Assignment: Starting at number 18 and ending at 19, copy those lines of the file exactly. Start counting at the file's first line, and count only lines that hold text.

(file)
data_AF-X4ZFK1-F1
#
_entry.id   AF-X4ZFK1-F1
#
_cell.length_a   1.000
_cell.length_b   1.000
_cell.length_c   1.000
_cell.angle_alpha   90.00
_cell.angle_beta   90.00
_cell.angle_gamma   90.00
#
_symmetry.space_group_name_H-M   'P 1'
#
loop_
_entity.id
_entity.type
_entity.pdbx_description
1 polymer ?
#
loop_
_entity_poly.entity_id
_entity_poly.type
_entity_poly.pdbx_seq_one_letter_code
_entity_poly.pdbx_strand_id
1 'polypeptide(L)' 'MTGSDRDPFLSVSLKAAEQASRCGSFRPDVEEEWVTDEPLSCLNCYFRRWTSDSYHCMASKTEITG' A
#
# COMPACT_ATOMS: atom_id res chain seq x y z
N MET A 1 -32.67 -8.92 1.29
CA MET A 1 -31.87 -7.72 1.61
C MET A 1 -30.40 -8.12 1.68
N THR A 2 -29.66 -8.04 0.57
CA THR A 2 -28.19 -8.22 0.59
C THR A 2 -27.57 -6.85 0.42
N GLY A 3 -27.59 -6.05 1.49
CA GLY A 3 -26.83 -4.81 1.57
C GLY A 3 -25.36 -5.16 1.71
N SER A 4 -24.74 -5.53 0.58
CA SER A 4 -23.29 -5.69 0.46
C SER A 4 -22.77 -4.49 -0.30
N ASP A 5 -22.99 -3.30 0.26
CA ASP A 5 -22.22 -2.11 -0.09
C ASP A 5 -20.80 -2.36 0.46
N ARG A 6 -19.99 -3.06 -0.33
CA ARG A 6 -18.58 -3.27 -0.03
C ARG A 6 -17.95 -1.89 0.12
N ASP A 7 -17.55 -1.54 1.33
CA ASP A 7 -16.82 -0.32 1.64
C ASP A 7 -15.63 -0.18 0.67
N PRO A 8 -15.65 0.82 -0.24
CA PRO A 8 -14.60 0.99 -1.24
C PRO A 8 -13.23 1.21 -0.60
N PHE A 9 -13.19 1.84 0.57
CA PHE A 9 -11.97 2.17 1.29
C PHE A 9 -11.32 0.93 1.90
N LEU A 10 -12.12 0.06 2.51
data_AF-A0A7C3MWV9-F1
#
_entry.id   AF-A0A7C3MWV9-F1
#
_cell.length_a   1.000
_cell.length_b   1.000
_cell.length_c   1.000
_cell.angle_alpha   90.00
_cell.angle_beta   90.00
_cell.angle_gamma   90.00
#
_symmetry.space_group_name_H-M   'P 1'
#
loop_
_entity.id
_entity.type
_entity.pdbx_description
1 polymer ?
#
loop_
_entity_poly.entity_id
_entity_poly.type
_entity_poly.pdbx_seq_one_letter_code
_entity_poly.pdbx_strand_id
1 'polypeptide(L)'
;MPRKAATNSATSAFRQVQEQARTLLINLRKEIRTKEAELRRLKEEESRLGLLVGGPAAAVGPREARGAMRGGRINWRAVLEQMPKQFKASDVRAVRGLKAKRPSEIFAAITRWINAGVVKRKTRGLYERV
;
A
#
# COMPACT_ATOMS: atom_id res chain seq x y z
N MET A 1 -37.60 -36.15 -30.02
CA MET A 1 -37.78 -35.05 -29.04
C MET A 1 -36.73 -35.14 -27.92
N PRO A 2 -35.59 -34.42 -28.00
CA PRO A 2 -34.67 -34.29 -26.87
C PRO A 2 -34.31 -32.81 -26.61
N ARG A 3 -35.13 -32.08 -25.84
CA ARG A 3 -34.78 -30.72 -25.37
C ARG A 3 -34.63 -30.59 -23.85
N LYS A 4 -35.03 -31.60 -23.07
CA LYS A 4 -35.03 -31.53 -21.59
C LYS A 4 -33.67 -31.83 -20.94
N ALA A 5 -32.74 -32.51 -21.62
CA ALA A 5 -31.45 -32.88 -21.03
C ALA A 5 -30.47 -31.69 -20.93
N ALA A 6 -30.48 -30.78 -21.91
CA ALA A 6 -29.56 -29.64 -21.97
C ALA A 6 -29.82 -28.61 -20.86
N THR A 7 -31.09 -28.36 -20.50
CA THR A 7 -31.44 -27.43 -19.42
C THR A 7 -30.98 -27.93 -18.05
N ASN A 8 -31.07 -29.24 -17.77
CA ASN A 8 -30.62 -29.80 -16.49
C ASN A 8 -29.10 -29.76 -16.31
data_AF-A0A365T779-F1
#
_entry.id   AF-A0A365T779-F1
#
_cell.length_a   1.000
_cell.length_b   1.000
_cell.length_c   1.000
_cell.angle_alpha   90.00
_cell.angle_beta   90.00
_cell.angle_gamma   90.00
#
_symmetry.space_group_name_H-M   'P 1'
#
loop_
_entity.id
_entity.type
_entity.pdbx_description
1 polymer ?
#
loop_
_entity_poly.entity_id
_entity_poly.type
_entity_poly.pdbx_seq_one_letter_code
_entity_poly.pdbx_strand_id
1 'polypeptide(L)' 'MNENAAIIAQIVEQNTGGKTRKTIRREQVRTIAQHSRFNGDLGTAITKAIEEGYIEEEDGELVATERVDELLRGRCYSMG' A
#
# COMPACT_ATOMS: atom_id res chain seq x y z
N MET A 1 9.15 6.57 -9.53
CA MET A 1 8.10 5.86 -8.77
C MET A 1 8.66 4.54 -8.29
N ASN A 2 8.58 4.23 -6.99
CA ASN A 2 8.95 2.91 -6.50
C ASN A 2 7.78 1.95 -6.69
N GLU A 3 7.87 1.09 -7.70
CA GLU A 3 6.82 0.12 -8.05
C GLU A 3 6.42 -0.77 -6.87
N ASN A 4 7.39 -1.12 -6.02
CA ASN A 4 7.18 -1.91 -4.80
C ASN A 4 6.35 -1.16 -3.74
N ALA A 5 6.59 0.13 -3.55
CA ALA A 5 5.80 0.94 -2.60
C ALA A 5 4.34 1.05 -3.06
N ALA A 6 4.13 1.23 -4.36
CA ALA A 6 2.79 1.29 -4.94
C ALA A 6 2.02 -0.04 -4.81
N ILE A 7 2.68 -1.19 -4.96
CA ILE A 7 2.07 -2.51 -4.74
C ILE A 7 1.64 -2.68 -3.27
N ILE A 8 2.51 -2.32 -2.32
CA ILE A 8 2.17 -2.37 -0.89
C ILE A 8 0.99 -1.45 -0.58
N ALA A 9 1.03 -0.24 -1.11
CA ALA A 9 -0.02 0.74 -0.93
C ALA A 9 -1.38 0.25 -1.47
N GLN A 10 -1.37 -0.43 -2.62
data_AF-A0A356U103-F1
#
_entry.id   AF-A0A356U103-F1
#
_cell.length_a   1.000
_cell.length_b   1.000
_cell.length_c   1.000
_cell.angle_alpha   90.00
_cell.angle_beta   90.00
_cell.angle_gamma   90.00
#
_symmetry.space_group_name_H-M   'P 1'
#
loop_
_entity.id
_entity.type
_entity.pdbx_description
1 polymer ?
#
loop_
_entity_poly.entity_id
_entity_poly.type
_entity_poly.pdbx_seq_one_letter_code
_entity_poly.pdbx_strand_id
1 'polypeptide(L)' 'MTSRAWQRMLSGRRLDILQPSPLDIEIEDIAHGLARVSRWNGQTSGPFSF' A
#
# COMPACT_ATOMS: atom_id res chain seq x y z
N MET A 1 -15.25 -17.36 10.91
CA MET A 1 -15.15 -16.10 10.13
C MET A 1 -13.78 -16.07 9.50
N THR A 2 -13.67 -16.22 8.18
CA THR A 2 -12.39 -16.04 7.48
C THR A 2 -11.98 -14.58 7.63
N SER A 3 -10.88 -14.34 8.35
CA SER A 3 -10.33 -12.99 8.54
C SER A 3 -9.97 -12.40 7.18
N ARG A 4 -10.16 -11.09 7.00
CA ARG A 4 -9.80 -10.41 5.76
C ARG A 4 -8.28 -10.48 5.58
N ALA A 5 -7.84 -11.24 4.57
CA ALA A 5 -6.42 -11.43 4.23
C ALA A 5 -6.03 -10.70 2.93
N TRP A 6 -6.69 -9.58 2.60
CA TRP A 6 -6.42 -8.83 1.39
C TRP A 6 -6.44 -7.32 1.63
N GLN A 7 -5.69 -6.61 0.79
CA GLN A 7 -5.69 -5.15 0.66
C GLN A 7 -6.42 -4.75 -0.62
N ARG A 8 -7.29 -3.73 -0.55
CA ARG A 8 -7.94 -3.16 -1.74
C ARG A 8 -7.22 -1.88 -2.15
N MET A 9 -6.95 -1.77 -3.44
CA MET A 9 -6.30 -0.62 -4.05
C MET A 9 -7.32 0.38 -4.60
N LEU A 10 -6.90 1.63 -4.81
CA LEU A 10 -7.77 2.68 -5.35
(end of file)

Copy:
1 polymer ?
#